Meet the USC Marshall MBA Class of 2018

MBA students in the Class of 2018 at the University of Southern California’s Marshall School of Business

To land a dream internship, you need every advantage. Just picture your competition. Many have been prepping for a shot at Bain or Google before they even set foot on campus! Right now, they are networking with alumni at these firms, gaining experience as they rack up case competition wins or lead clubs. You’ll even find brave souls camped out in their career centers buffing out their rough edges. Bottom line: you’re going to be interviewing against the best; your rivals are the proverbial “high pos” at the top MBA programs.

How do you compete with that? At USC’s Marshall School of Business, the strategy is to give first years a head start over peers at other schools by finishing the core coursework earlier, says Dean James Ellis in a 2015 interview with Poets&Quants. “We found that they needed to be prepared for their interviews,” he says. “If interviews start at the end September or in October, we brought them in at the end of July to then spend the month of August and September, getting them ready. They understand vocabulary. They understand concepts. They’re prepared for those internships. Second semester of their first year, they can then prepare to go to work in those internships. If they know what the internship is and what industry it is in, they can focus on that when they’re studying in the second semester. So they’ll really be prepared when they start that internship in the summer.”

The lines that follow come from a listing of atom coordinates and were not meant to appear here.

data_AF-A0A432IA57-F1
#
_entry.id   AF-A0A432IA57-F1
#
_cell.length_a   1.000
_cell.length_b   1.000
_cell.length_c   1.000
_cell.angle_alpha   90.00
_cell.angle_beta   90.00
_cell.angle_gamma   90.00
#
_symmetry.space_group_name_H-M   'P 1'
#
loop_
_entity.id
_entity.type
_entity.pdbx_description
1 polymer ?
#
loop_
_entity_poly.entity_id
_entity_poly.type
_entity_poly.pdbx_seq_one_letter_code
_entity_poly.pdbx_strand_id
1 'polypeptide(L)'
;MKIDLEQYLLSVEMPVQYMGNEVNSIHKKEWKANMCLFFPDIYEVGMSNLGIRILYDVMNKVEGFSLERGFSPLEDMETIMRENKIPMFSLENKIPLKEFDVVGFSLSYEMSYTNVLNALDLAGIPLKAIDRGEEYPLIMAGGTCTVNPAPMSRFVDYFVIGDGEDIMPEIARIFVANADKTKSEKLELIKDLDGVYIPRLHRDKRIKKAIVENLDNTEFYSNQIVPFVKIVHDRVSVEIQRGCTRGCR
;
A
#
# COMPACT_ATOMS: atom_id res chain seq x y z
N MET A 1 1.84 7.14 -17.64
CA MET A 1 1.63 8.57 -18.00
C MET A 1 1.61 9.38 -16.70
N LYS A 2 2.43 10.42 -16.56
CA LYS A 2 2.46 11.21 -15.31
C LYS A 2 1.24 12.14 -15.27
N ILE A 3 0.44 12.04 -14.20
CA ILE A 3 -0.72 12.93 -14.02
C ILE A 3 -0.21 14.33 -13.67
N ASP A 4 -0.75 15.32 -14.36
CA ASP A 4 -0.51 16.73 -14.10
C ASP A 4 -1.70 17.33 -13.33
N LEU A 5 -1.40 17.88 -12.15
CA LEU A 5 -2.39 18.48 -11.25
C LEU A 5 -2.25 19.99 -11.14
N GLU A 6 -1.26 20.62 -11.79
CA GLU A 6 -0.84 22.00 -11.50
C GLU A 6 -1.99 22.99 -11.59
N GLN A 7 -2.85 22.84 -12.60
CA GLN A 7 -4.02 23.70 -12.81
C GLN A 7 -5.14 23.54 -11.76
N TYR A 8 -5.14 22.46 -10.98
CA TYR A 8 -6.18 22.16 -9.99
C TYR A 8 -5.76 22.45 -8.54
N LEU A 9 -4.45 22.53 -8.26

That isn’t the only advantage that USC MBA candidates enjoy in the job hunt. By enrolling at Marshall, they also become charter members of the vaunted “Trojan Network,” which includes 80,000 alumni spanning 123 countries. However, the network’s size and scope pales in comparison to its enthusiasm. Ellis equates the network to a support group behind the students. Aside from always being on the lookout for jobs and opportunities for MBA candidates, Marshall alums are known for generously volunteering to help with interview prep.

Dean Jim Ellis with P&Q Editors-In-Chief John A. Byrne

That’s no surprise to Ellis, who traces this alumni involvement back to their time as students.“The special sauce is that we start with these kids when they are first day MBA students and we talk about giving back,” he explains. “And part of giving back is helping those behind you create careers that they want to create just like you did yours. It’s one of those things that everyone wants Trojans to be successful. It’s a great network.”